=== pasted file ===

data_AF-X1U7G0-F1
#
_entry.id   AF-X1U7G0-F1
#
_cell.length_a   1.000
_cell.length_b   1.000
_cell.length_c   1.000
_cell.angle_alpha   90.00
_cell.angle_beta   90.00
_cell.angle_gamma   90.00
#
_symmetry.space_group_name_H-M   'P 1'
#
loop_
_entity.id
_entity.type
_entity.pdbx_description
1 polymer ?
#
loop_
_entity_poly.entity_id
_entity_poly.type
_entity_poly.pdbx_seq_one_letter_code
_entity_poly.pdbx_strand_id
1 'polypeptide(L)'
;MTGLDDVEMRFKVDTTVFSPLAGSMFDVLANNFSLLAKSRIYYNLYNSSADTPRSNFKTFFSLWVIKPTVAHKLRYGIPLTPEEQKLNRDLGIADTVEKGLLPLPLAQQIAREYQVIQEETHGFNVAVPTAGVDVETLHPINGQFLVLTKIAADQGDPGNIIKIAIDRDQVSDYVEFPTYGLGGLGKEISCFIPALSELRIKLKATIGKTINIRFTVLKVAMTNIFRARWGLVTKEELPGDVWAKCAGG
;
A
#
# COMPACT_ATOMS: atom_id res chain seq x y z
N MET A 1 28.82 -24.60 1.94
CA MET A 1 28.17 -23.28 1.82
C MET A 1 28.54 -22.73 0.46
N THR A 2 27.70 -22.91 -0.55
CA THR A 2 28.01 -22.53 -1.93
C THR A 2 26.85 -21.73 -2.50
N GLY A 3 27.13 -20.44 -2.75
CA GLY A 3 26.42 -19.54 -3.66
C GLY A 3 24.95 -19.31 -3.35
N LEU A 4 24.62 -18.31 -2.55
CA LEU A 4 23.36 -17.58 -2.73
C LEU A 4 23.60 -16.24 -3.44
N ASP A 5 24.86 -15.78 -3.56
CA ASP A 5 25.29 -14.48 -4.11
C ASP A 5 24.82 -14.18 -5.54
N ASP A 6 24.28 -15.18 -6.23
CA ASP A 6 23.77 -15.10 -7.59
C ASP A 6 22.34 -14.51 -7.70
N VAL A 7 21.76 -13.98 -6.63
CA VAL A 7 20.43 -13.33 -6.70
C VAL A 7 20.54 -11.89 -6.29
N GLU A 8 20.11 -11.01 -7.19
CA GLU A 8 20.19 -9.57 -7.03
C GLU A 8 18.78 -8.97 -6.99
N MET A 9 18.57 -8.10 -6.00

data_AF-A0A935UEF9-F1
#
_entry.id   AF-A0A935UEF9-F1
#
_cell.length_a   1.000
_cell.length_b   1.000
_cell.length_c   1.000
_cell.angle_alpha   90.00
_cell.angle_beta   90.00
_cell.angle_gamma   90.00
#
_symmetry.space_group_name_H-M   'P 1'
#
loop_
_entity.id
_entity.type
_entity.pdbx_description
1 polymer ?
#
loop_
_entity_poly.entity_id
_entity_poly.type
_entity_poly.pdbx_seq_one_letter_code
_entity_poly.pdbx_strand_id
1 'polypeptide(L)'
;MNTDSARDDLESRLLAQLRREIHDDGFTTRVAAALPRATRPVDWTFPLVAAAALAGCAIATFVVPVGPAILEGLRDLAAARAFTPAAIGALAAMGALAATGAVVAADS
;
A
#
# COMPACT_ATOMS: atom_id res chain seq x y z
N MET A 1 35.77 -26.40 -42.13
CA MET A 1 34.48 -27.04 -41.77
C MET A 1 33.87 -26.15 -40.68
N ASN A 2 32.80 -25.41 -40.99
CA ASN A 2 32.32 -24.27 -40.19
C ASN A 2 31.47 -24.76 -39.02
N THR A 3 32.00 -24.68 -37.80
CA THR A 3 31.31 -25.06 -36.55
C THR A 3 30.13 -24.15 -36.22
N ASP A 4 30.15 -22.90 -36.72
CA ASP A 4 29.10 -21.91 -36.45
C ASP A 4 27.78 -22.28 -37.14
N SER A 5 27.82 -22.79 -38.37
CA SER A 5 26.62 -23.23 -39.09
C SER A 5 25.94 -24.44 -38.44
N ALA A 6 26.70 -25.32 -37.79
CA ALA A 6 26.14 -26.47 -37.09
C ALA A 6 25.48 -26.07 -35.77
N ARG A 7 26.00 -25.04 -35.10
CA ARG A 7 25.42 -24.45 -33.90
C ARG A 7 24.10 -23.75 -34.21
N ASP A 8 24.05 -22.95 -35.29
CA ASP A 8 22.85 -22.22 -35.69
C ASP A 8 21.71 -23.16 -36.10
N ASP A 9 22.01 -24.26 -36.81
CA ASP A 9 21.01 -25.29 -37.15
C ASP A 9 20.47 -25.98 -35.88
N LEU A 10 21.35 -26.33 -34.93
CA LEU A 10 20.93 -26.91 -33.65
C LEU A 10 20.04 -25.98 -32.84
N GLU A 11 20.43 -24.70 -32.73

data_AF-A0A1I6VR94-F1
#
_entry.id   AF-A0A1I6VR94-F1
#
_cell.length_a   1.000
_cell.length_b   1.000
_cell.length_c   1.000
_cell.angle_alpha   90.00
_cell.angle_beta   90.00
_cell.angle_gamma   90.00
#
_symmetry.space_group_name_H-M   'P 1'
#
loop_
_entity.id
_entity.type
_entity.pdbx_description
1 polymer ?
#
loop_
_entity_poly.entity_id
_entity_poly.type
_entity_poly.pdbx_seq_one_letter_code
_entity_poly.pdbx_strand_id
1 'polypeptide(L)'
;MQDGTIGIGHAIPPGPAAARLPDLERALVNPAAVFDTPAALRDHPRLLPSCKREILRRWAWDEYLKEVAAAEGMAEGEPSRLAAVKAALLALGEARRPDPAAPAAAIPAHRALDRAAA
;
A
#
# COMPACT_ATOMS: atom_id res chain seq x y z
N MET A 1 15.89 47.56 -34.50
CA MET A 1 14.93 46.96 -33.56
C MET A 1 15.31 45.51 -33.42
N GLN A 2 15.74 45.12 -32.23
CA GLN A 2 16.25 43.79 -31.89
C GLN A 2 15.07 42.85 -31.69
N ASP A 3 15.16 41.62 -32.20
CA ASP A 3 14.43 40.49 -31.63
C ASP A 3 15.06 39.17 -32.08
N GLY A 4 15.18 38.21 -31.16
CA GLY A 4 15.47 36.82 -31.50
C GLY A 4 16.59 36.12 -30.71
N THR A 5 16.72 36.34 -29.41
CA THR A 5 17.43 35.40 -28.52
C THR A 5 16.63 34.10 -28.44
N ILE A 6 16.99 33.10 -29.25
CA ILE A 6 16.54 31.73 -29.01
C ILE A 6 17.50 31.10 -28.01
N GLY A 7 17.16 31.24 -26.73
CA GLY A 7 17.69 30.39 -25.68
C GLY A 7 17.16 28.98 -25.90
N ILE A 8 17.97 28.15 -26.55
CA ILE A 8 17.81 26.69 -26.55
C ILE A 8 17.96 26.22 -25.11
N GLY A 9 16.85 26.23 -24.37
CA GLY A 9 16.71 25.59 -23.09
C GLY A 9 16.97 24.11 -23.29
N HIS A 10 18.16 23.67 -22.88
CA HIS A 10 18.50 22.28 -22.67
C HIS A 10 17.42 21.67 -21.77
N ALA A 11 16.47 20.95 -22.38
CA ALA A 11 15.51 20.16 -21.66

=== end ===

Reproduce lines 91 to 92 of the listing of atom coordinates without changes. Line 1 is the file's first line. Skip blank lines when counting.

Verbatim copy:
C ASN A 2 31.47 -24.76 -39.02
N THR A 3 32.00 -24.68 -37.80